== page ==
X is for crosses and memorials

Today is ANZAC Day Down Under and we remember the sacrifice of lives in service of their country. We also remember that these deaths left behind tragedy and sorrow among their families and communities around our own country. Memorials play a part of possibly every town in Australia as few families would ever be able to visit their lost sons and daughters. This is my 2023 commemoration (and yes I haven’t muddled my alphabet).

In Flanders fields the poppies blow 
Between the crosses, row on row, 
That mark our place: and in the sky 
The larks, still bravely singing, fly 
Scarce heard amid the guns below.
(Major John McCrae)

In the early days both during and after the war, men were buried with a cross over the grave. Some of course, would lie interred in the soil where they fought and died, undiscovered and unknown. Today, the Commonwealth War Graves Commission (CWGC) does a remarkable job of maintaining large military cemeteries and each grave has a marble memorial.

Accession number H03479. Australian War Memorial. https://www.awm.gov.au/collection/C292942
Beach cemetery, Gallipoli. P Cass 2014
Lone Pine Memorial and graves. Mr Cassmob’s Pentland great-uncle is remembered on the list of names.
V C Corner cemetery, France
Cemetery at Fromelles, France
“Don’t forget me cobber”. The memorial to the Battle of Fromelles. Mr Cassmob’s great uncle and his men fought at that exact spot.
A German military cemetery near Fromelles.
Tyne Cot cemetery, Belgium.
Black Watch Canada Memorial, Polygon Wood, Belgium.

During World War II, the war came to our shores with the bombing of Darwin on 19 February 1942. Ships were sunk in the harbour and civilians were lost from the Post Office.

Adelaide River memorial to the victims of the Bombing of Darwin as well as later deaths.

The first Japanese defeat on land occurred in Milne Bay during August 1942. The local Catholic church has several stained glass memorials

Memorials in different parts of Australia vary.

Roma, Queensland has an avenue of bottle trees honouring the men who died, including James Thomas Paterson, a Kunkel relative. https://vwma.org.au/explore/memorials/2946?page=15
A memorial to those who served from the Catholic population of Crows Nest, Queensland. It is held by the Crows Nest Museum and Historical Centre.

Other countries also memorialise their local service men and women.

At All Saints Church, Sandon, Herts, England
The memorial in Coleford, Gloucestershire, England.
One of the most moving memorials I’ve visited is the Vietnam Veterans Memorial in Washington DC, USA.

On 11 November 1993, an emotional and evocative ceremony took place in the Australian War Memorial when an unidentified, unknown soldier was laid to rest. I watched the ceremony at work and was very moved. https://www.awm.gov.au/commemoration/customs-and-ceremony/soldier

We are the Dead. Short days ago 
We lived, felt dawn, saw sunset glow, 
Loved and were loved, and now we lie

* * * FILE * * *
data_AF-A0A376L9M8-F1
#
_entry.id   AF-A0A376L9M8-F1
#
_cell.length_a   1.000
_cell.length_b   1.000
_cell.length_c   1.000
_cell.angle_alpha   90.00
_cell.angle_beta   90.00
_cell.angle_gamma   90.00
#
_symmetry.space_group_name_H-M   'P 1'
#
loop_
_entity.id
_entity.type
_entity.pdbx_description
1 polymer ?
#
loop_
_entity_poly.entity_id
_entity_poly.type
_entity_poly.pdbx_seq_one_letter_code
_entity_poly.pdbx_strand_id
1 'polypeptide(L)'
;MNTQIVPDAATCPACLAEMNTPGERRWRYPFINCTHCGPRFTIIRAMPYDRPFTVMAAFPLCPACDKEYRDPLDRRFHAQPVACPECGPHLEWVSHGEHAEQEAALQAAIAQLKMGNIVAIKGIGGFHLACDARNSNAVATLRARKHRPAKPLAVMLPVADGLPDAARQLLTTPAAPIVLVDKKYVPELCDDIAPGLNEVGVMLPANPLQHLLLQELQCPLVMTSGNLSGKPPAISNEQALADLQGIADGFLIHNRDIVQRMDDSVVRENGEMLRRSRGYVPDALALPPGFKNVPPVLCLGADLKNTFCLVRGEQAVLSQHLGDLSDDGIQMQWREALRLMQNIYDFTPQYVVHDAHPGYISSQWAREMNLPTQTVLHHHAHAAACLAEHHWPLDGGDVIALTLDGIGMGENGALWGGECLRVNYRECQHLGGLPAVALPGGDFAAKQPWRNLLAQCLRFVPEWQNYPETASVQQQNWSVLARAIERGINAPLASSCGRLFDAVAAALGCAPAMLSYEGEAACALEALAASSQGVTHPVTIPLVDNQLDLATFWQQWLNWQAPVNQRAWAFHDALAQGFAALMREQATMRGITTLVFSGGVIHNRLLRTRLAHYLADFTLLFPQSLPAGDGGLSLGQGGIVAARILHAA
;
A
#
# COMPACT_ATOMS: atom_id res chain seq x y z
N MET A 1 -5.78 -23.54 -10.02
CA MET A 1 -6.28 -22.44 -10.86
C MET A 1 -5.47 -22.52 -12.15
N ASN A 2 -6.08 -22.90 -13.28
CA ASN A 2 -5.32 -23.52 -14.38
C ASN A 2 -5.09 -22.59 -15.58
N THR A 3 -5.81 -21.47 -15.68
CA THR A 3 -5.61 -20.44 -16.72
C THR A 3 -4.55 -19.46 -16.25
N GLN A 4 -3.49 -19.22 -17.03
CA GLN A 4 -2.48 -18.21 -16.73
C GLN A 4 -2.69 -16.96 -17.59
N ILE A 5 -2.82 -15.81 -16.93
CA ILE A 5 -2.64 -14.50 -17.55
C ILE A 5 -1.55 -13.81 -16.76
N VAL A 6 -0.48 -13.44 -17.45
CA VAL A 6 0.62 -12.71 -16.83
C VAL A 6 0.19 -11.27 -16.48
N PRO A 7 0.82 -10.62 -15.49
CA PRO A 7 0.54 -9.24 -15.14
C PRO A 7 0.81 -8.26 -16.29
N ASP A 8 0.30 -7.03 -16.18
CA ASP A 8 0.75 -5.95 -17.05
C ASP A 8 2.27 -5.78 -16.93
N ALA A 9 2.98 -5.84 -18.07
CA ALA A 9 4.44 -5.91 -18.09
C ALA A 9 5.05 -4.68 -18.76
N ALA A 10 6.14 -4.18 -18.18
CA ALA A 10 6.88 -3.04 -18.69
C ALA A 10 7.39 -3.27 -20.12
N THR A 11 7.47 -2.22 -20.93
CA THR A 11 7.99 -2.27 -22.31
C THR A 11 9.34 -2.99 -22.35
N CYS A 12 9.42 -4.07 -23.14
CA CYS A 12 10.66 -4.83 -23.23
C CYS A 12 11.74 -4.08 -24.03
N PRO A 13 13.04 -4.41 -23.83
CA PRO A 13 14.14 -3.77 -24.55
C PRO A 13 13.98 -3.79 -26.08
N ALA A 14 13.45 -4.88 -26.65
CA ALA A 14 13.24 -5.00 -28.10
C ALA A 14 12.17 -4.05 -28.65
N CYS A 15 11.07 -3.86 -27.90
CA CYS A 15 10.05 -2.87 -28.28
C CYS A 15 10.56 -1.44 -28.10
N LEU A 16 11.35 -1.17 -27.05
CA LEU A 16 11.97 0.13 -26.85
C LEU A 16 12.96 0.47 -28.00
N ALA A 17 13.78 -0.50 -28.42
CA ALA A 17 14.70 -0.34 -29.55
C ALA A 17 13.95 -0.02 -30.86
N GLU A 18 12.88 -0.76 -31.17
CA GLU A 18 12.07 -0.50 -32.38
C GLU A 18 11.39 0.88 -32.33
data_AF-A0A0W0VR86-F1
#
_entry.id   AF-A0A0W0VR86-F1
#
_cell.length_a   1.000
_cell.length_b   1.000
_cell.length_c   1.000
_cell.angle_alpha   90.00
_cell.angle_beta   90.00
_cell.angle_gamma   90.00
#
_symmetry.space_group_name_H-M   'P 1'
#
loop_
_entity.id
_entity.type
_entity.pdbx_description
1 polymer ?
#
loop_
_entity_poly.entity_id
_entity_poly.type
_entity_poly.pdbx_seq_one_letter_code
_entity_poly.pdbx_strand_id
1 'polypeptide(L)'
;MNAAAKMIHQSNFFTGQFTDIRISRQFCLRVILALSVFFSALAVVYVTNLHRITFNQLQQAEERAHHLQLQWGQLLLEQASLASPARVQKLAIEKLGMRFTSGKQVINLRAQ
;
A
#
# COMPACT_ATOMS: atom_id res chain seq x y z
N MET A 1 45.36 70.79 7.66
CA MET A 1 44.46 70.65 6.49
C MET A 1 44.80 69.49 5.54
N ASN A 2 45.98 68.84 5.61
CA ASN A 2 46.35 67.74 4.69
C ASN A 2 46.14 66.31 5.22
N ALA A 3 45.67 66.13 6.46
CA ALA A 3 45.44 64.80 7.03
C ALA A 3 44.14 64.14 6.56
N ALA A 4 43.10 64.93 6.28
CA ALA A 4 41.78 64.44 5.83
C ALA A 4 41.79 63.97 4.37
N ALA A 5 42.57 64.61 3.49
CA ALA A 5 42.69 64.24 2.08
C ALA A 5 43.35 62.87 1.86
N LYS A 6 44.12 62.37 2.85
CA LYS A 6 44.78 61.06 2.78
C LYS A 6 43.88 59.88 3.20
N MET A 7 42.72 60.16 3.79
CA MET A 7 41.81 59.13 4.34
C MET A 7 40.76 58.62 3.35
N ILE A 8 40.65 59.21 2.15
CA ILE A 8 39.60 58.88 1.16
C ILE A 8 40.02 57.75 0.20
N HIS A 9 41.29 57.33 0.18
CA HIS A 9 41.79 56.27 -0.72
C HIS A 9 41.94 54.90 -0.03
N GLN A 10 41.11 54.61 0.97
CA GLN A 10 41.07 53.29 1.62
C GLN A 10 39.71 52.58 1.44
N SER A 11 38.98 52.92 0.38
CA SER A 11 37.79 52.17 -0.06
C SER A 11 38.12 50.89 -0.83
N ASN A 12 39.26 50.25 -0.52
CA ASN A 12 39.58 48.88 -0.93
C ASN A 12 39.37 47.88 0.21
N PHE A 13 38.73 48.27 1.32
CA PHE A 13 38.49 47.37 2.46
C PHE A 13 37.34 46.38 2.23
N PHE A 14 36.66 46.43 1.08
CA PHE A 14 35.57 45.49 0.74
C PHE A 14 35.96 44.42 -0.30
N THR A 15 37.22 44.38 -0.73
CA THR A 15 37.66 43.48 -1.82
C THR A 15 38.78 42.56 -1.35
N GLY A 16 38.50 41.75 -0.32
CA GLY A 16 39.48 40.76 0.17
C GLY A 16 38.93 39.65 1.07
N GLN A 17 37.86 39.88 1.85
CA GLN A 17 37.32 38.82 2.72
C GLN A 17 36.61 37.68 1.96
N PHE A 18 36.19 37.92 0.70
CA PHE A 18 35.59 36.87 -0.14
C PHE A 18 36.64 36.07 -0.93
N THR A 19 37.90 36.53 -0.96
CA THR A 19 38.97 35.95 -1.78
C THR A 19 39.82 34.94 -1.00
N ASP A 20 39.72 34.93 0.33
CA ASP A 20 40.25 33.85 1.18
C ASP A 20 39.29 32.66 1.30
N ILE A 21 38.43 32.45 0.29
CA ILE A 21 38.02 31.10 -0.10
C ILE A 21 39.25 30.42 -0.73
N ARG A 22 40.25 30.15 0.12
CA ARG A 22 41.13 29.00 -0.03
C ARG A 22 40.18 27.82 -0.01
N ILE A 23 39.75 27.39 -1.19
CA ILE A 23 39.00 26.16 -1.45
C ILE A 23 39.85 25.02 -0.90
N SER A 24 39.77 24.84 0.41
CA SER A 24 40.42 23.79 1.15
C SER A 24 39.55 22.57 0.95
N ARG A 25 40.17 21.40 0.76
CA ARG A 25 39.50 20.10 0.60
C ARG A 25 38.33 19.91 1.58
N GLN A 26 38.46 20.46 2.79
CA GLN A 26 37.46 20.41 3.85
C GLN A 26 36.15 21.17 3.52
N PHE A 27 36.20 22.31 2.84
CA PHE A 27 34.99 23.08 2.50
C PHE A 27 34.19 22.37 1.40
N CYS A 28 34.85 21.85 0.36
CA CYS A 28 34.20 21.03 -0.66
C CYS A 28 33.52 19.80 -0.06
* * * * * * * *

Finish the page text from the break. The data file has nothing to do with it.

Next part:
In Flanders fields.

Lest We Forget.

You may wish to read some of my other Anzac Day or Remembrance Day posts, which you can find using the side bar. V is for Villers-Brettoneux remains one of my most read posts. https://cassmobfamilyhistory.com/2012/04/25/v-is-for-the-valiant-of-villers-brettoneux-lest-we-forget/

15 thoughts on “X is for crosses and memorials

  1. We visited the WW1 battlefields in France and Belgium in 2015. I didn’t know then that my biological father (born 1892) fought there in WW1. To think that he survived Gallipoli and Europe is amazing but he also left detailed diaries of his time there which are the only links I have to what sort of a person he was. He is buried in a cemetery in Mildura where he died aged 60.

    Liked by 1 person

  2. A very moving post that illustrates the toll of war. My letter V post tomorrow discusses Vietnam War casualties. I agree with you about the memorial wall in Washington, DC — heartrending.

    Liked by 1 person

    1. I was pretty sure that would be your V story 😉 The thing that moved me most were the gifts and notes that were left, including a white teddy with a red heart round its neck saying “loved you then, love you now”. 😭

      Liked by 1 person

    1. The poppy wall is one in our national war memorial with the names of all those who died. I always place a poppy against the names of family members. Interesting about the poppy lady.

      Liked by 1 person

  3. War memorials and war cemeteries highlight the great losses. I remember visiting a war cemetery in the Philippines as a child and being in awe of the number of white crosses which went on forever it seemed. I have just looked it up https://www.abmc.gov/Manila “The Manila American Cemetery and Memorial in the Philippines occupies 152 acres on a prominent plateau, visible at a distance from the east, south and west. It contains the largest number of graves of our military dead of World War II, a total of 16,859, most of whom lost their lives in operations in New Guinea and the Philippines.” It wasn’t my misremembering – it was indeed vast.

    Liked by 1 person

  4. A very moving tribute to the men and women who gave their lives for their country – also an imaginative title for the tricky X letter

    Liked by 1 person

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